The Environmental Protection Agency said yesterday that the cities of Philadelphia and New York may continue until 1981 to dump sewage sludge in sites not far from the Maryland-Delaware coast.
Maryland officials and environmentalists have long been infuriated over the disposal sites, especially one near Cape May, N. J., just 35 miles from the Maryland-Delaware coast. Last fall, Maryland authorities appealed to the ERA to move the dumping operations to a new site 106 miles out in the ocean.
The state's officials protested that the dumping pollutes Maryland's shellfish industry, threatens resort beaches on the Atlantic Coast and poses other public health dangers.
EPA Assistant Administrator Thomas G. Jorling said yesterday he would not require the relocation because it might stall implementation of a law phasing out all ocean sludge dumping by 1981.
Such relocation could also add unnecessary costs to ocean disposal operations and make sludge monitoring more difficult, he said. The cost issue is significant, according to the EPA, because higher transportation expenses might curtail the cities' efforts to pay for the development of alternative means of disposal.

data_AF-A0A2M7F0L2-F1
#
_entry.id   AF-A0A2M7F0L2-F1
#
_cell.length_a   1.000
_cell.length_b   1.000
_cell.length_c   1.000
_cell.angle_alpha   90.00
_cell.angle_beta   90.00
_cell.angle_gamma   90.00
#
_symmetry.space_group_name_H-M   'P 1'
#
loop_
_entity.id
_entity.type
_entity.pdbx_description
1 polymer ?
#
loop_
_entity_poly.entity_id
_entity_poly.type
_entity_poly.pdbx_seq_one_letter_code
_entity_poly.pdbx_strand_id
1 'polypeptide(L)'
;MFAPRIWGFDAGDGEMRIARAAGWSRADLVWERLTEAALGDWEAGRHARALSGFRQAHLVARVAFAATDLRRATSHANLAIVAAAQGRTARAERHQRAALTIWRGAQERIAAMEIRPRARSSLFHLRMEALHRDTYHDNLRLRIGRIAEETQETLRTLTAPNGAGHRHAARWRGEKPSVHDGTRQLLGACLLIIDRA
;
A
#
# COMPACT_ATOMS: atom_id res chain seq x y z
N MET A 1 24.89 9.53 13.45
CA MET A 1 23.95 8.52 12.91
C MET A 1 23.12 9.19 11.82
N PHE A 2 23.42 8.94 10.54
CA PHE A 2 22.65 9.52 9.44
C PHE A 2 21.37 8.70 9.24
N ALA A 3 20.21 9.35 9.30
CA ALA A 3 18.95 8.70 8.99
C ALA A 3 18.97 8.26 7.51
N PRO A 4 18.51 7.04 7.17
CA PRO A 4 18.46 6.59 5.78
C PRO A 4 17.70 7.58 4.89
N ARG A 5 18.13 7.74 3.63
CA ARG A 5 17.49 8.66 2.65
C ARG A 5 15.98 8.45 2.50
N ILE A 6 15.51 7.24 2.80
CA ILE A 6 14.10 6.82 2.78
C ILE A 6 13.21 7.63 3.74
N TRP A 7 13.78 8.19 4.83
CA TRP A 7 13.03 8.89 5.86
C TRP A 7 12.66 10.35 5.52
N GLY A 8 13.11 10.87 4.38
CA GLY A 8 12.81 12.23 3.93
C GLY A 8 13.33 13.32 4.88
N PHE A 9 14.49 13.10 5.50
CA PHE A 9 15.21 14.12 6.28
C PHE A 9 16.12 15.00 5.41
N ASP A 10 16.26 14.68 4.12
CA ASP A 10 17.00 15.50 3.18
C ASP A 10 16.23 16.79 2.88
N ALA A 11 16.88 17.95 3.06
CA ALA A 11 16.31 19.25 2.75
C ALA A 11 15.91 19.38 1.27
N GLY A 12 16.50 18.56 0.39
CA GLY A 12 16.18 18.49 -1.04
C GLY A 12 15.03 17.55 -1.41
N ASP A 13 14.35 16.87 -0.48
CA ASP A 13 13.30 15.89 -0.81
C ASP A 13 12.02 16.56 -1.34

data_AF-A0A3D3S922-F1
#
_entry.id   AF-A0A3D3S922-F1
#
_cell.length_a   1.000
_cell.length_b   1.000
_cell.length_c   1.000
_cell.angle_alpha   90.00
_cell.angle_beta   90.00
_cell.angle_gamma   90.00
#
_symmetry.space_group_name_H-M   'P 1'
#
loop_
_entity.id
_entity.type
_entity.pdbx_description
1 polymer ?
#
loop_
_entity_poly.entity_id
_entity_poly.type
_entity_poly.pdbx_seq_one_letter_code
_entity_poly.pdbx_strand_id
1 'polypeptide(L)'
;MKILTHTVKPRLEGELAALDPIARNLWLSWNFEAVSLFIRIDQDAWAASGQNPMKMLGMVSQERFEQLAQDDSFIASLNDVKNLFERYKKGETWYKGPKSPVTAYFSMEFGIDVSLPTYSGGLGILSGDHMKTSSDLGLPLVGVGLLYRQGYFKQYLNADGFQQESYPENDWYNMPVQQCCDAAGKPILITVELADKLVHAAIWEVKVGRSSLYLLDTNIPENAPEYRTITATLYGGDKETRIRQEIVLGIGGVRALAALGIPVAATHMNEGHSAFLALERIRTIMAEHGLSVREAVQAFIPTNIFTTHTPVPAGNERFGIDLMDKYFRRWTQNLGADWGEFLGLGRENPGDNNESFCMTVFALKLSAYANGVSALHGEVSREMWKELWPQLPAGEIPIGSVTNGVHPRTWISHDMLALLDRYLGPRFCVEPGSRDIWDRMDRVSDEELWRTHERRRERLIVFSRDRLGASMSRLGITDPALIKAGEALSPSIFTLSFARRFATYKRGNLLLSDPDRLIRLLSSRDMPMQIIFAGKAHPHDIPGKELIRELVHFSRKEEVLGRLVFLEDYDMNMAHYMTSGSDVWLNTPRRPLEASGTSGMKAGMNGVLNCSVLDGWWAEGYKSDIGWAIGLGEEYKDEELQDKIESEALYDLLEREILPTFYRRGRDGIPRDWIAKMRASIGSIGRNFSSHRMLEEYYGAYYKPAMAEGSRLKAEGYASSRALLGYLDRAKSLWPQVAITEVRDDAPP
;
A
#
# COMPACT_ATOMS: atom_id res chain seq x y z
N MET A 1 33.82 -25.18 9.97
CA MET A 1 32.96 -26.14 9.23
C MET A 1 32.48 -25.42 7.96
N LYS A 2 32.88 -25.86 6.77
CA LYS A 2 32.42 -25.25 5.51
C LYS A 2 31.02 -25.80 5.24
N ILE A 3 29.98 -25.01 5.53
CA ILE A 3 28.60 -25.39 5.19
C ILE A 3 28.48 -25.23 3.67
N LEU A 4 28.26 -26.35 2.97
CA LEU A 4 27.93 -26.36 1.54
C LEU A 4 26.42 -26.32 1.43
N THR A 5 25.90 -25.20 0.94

Although there is evidence that "some" problems result from dumping at the present sites, they are not enough to warrant a change of locations, Jorling said.
Maryland officials could not be reached for comment yesterday.
New York and neighboring communities now dump about 4 million tons annually at a site 12 miles out in the New New York Bight, while Philadephia's site off the Maryland-Delaware coast collects 750,000 tons annually.
The U. S. Food and Drug Administration already has forbidden the taking of any shellfish from an area adjacent to the Philadephia dumpsite.